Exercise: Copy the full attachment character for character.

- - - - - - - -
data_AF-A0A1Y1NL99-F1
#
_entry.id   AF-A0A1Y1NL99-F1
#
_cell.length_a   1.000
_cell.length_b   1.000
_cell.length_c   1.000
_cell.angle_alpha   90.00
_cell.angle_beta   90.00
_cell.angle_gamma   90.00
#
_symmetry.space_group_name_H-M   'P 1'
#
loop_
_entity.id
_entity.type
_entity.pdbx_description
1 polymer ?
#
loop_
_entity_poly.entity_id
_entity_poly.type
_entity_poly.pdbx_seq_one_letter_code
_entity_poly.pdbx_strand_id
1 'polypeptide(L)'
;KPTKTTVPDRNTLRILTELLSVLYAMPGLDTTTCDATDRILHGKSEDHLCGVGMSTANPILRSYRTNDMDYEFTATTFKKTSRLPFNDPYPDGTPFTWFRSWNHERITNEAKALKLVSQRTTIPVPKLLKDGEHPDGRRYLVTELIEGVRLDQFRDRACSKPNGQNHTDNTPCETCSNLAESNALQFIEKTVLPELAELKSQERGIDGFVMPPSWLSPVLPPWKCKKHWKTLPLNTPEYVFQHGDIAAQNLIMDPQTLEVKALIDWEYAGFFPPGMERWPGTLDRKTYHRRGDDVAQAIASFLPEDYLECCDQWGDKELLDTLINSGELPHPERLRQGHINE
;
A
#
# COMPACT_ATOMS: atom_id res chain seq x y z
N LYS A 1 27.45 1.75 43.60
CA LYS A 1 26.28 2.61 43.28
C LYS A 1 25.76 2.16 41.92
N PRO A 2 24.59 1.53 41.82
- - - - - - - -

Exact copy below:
data_AF-A0A1Y1NL99-F1
#
_entry.id   AF-A0A1Y1NL99-F1
#
_cell.length_a   1.000
_cell.length_b   1.000
_cell.length_c   1.000
_cell.angle_alpha   90.00
_cell.angle_beta   90.00
_cell.angle_gamma   90.00
#
_symmetry.space_group_name_H-M   'P 1'
#
loop_
_entity.id
_entity.type
_entity.pdbx_description
1 polymer ?
#
loop_
_entity_poly.entity_id
_entity_poly.type
_entity_poly.pdbx_seq_one_letter_code
_entity_poly.pdbx_strand_id
1 'polypeptide(L)'
;KPTKTTVPDRNTLRILTELLSVLYAMPGLDTTTCDATDRILHGKSEDHLCGVGMSTANPILRSYRTNDMDYEFTATTFKKTSRLPFNDPYPDGTPFTWFRSWNHERITNEAKALKLVSQRTTIPVPKLLKDGEHPDGRRYLVTELIEGVRLDQFRDRACSKPNGQNHTDNTPCETCSNLAESNALQFIEKTVLPELAELKSQERGIDGFVMPPSWLSPVLPPWKCKKHWKTLPLNTPEYVFQHGDIAAQNLIMDPQTLEVKALIDWEYAGFFPPGMERWPGTLDRKTYHRRGDDVAQAIASFLPEDYLECCDQWGDKELLDTLINSGELPHPERLRQGHINE
;
A
#
# COMPACT_ATOMS: atom_id res chain seq x y z
N LYS A 1 27.45 1.75 43.60
CA LYS A 1 26.28 2.61 43.28
C LYS A 1 25.76 2.16 41.92
N PRO A 2 24.59 1.53 41.82